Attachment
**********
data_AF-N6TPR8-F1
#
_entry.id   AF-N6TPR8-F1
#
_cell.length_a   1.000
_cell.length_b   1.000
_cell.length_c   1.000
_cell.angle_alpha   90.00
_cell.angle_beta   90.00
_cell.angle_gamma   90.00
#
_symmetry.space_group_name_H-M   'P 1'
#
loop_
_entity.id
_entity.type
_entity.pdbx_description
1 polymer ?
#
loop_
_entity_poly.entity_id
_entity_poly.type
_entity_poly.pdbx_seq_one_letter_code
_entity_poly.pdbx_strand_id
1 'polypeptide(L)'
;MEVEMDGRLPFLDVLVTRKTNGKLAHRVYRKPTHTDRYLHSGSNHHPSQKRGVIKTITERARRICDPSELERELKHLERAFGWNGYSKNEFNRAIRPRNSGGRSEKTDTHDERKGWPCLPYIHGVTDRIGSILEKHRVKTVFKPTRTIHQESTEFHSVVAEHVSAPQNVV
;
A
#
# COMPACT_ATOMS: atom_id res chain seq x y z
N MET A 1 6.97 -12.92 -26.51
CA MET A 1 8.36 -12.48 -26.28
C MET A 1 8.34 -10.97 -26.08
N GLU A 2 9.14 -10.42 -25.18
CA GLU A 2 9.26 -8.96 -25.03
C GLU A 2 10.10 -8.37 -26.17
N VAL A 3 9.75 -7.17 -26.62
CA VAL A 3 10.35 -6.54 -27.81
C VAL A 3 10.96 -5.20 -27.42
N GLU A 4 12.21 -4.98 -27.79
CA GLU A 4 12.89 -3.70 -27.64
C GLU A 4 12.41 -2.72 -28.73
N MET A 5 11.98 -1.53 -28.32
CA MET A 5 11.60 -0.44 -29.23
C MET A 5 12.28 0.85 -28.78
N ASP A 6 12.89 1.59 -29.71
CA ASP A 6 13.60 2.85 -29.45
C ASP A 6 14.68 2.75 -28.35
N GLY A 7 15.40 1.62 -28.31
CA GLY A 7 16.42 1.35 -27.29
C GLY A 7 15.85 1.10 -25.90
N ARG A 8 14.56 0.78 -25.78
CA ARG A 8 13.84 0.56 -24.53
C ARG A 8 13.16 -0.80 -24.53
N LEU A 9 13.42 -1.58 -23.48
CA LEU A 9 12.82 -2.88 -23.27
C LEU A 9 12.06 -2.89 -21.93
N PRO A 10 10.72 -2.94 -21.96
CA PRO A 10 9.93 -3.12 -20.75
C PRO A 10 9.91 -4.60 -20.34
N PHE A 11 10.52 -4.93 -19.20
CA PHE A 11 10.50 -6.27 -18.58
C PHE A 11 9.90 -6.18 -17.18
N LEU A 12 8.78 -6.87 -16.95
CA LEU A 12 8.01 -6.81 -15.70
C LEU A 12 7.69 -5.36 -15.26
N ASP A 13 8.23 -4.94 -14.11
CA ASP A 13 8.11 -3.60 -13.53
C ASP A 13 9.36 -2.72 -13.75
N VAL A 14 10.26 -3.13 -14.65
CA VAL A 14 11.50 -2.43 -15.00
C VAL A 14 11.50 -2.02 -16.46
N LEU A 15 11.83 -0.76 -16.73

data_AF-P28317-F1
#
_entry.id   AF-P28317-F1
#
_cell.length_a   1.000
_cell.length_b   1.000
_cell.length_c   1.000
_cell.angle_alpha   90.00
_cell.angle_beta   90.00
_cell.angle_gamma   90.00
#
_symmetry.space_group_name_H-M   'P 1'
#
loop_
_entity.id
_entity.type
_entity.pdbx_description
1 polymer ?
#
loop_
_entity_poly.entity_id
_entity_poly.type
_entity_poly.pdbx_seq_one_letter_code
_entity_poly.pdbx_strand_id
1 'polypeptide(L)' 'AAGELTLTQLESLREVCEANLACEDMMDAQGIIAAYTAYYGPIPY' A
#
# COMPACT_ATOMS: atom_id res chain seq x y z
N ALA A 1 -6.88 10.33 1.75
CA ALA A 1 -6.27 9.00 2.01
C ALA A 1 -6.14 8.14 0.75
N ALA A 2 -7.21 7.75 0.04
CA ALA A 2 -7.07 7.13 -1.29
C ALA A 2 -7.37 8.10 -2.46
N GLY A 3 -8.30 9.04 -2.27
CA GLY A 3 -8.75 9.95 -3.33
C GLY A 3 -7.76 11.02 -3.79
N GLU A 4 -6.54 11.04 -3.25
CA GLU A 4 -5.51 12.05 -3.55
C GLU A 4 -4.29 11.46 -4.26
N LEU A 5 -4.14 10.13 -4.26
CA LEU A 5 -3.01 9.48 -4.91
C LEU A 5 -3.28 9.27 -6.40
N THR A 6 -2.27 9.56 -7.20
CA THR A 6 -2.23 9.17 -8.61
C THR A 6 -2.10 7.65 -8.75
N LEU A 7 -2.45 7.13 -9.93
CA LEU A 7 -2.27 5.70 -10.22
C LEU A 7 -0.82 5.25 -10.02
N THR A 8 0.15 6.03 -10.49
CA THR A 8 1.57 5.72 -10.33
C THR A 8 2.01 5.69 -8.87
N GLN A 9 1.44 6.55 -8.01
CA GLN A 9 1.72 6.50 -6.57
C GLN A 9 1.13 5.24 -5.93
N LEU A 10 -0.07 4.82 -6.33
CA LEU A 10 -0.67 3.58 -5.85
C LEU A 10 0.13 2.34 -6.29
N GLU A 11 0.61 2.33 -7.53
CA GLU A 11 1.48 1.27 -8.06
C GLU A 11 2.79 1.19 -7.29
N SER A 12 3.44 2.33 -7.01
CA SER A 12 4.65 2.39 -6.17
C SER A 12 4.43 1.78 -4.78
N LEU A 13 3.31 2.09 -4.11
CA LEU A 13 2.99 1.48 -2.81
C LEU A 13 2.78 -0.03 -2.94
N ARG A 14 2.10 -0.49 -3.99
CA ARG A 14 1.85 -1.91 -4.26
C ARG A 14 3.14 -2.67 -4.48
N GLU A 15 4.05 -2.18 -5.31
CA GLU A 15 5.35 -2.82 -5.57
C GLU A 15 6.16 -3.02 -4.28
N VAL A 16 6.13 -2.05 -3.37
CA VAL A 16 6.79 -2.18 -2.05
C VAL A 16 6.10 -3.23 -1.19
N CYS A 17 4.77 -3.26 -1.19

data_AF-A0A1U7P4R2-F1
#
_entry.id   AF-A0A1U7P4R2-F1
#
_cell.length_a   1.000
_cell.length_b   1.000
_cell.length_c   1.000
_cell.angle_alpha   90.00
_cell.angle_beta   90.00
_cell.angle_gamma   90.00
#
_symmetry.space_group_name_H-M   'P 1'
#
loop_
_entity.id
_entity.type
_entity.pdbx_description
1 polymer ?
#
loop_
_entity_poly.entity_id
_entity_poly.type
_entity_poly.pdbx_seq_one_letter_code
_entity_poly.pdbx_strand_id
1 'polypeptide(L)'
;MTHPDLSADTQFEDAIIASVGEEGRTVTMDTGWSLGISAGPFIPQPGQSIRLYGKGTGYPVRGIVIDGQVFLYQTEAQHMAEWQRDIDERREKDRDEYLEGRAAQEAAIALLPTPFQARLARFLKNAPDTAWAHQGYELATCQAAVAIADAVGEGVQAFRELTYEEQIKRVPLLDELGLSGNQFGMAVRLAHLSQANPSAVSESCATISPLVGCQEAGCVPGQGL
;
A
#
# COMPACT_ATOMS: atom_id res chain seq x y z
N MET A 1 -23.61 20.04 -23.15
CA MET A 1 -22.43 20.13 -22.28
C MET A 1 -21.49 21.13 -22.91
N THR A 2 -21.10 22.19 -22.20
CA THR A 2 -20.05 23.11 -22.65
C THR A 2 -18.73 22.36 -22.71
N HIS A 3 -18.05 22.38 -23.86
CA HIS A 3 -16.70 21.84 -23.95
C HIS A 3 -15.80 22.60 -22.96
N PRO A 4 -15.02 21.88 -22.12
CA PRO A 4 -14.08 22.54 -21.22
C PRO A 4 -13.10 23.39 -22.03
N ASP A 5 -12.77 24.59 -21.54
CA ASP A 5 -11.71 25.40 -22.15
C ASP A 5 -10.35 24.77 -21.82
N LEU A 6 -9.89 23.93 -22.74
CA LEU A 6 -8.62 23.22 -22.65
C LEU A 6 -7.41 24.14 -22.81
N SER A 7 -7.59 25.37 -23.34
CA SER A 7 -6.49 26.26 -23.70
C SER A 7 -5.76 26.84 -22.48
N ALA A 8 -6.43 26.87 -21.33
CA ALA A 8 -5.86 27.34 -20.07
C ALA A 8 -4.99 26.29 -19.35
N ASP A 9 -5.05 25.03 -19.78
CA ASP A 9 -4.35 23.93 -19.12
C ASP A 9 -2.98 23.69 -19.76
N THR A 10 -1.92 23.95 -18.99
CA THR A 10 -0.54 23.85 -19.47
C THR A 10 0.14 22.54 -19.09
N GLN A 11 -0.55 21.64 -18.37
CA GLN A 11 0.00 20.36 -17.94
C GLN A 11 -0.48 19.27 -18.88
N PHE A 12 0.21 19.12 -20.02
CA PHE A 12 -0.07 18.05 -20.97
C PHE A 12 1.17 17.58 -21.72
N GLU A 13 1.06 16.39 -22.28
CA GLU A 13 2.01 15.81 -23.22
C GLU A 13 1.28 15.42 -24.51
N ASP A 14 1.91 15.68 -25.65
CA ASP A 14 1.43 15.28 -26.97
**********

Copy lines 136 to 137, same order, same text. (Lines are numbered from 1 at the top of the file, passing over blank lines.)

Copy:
C SER A 12 4.43 1.78 -4.78
N LEU A 13 3.31 2.09 -4.11